By Jen McGregor
Many of us remember The Stranger and its protagonist, Mersault, from Higher French. Surely many of us who waded through Camus’ text wondering whether anything was going to happen would be surprised to rediscover Mersault as the nuanced, misunderstood individual Guilherme Leme reveals him to be.
It’s a stunning performance. Leme holds the stage effortlessly – no mean feat considering that Mersault is a man who shows very little emotion. When he gets caught up in another man’s argument over a woman and shoots someone dead, it is his apparent coldness rather than his violence that condemns him. It would have been easy to play him as an emotionless monster, but in Leme’s hands he becomes merely a disconnected man, not lacking in feelings but not given to display and constantly nervous of the judgement of others. His Mersault is socially awkward and mistrustful of the excessive sentiment that those around him seem to experience. He becomes surprisingly easy to identify with as socially acceptable demonstrations of feeling begin to seem increasingly ridiculous.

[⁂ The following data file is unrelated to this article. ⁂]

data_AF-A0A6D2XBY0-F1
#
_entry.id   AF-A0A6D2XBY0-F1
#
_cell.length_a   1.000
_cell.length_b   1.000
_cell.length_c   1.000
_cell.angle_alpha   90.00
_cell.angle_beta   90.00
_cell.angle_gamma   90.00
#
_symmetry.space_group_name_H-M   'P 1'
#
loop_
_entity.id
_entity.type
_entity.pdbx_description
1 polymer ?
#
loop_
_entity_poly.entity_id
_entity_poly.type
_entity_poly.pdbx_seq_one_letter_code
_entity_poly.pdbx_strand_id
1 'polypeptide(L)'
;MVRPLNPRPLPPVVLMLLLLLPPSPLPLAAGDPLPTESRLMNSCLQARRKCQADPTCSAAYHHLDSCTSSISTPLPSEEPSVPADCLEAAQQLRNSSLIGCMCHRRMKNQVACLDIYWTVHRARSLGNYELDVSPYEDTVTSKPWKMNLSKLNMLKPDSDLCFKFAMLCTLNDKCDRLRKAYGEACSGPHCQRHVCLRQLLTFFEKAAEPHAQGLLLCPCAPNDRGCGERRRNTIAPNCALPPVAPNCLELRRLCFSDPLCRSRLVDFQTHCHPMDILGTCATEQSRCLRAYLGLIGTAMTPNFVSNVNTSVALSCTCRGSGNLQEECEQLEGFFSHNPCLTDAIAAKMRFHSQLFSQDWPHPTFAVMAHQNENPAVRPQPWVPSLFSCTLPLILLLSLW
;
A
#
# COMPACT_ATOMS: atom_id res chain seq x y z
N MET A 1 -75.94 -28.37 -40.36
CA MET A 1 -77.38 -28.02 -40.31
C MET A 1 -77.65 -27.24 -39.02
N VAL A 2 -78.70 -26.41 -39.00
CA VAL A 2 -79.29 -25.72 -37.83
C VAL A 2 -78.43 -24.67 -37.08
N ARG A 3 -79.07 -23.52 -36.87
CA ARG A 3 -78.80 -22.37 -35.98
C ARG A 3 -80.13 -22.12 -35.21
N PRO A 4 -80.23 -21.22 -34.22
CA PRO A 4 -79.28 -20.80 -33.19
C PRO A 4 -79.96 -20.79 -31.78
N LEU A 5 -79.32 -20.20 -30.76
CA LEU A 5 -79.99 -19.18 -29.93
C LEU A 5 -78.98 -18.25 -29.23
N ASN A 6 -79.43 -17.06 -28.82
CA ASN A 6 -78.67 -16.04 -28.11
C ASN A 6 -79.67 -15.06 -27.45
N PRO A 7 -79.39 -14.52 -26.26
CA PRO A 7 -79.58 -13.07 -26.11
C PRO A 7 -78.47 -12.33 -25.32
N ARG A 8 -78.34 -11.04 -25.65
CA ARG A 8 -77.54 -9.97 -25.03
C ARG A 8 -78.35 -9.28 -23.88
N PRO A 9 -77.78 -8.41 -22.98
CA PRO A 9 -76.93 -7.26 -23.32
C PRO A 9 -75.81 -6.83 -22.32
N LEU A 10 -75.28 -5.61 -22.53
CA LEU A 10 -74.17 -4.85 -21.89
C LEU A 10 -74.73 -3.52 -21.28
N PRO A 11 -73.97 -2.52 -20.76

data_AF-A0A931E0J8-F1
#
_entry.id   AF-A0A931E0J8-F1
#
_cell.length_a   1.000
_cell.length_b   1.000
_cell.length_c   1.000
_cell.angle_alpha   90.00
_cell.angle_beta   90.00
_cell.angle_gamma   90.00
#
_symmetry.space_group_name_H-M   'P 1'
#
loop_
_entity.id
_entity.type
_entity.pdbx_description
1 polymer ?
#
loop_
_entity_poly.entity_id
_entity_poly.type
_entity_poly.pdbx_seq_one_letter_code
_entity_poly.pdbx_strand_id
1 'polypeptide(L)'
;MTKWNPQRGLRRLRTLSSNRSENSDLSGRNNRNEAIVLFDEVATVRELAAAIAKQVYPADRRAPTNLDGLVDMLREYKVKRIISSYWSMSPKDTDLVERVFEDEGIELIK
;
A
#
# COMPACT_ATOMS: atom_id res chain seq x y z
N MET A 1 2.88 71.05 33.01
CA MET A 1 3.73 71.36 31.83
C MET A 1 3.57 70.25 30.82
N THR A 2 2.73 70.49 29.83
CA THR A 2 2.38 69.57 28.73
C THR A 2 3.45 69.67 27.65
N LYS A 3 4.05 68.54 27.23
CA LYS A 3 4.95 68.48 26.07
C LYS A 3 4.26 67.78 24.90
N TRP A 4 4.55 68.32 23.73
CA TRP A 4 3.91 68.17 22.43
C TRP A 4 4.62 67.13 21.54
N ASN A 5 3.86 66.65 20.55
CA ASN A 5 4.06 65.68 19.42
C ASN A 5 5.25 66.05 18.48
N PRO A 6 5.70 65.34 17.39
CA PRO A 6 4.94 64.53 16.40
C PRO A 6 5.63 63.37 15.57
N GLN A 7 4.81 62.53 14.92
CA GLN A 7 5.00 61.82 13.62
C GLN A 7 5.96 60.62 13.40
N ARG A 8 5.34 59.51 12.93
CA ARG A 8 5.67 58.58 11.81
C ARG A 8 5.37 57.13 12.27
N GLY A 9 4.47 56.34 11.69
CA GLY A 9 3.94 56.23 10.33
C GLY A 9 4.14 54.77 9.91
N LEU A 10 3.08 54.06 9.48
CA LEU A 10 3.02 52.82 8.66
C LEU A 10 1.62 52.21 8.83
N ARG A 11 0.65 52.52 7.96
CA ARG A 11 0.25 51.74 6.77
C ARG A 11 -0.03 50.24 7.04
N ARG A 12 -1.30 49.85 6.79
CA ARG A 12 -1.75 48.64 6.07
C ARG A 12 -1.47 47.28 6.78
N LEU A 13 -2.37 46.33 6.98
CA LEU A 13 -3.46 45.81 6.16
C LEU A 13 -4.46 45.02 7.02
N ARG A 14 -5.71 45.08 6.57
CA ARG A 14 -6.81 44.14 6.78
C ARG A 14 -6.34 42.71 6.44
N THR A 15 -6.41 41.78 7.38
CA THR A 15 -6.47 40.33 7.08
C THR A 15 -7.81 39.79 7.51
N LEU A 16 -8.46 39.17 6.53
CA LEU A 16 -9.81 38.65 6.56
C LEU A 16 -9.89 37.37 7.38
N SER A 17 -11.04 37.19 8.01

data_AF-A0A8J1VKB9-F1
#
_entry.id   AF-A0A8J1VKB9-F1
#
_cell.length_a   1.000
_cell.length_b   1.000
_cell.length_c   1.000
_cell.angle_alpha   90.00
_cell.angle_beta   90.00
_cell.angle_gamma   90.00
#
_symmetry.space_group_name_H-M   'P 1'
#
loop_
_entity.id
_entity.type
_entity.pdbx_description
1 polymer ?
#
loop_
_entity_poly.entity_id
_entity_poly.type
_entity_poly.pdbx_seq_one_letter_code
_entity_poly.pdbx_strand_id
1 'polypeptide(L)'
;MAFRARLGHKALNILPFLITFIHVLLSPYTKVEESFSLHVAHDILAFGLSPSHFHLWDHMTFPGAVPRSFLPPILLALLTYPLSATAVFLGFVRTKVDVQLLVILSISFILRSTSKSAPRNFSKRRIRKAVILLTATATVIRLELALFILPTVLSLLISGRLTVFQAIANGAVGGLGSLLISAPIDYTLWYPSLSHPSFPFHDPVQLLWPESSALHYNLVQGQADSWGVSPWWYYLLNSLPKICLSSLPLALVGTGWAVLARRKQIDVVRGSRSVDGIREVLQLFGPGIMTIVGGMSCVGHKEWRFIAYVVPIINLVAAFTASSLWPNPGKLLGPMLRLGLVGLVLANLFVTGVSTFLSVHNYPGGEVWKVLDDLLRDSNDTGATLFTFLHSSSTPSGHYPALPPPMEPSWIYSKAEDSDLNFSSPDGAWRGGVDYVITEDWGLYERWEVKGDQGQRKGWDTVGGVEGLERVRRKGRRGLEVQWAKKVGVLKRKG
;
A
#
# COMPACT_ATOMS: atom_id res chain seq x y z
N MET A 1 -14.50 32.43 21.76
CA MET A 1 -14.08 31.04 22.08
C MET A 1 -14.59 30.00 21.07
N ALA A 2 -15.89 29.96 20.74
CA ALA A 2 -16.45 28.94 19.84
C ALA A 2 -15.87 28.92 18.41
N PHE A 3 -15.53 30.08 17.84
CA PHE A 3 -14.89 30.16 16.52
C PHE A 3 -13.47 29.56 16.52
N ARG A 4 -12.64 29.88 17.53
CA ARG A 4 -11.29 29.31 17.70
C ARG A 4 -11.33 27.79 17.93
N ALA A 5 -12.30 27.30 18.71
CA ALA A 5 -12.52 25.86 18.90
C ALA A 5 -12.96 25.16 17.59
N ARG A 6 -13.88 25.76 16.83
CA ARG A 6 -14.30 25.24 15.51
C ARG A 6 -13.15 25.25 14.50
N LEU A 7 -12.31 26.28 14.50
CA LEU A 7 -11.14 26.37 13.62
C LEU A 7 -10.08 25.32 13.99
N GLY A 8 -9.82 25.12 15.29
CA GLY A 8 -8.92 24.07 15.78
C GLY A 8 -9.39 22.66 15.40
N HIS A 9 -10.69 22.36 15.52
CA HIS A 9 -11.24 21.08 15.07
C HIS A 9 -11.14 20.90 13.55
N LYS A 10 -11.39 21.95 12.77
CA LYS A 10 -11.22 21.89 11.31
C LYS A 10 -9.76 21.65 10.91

Morten Kirkskov’s adaptation is deft, sticking to the language of fact and physical sensation, resisting the temptation to put emotional words in Mersault’s mouth. This gives Leme great freedom, allowing him to maintain a calm façade while still hinting at how much lies beneath, suppressed for so much of the show.
The production is simple. A single chair conjures up Mersault’s bland surroundings, and the spotlights used in the opening sequence are very effective. Opening the light out to cover the whole stage works less well – the tight focus suits the piece. There are also some slightly strange musical choices, not quite strange enough for a clear juxtaposition but not quite in keeping with the feel of the play either.
However, these are minor niggles. This is an excellent, powerful show and a quietly brilliant performance.